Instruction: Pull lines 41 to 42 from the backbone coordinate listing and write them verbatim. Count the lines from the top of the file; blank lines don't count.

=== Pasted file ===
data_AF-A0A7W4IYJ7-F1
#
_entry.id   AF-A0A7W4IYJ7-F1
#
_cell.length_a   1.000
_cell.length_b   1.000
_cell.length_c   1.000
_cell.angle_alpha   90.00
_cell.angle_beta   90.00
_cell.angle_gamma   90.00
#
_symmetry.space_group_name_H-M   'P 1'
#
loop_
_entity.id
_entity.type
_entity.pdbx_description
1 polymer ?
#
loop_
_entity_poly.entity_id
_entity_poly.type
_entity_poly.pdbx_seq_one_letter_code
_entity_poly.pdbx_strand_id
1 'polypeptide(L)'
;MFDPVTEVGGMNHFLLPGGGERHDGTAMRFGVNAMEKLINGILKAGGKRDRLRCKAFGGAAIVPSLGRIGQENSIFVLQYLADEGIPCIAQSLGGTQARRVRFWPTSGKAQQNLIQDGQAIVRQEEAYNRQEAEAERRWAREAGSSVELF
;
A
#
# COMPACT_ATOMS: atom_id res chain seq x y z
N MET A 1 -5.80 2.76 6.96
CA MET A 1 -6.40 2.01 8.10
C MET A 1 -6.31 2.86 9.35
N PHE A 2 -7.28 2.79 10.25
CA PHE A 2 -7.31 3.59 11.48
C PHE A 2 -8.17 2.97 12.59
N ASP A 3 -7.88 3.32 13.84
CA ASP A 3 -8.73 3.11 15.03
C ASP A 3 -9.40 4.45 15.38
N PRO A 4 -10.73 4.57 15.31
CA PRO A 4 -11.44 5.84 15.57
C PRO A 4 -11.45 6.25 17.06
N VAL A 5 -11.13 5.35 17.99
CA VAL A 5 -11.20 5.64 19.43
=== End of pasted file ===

CA PRO A 4 -11.44 5.84 15.57
C PRO A 4 -11.45 6.25 17.06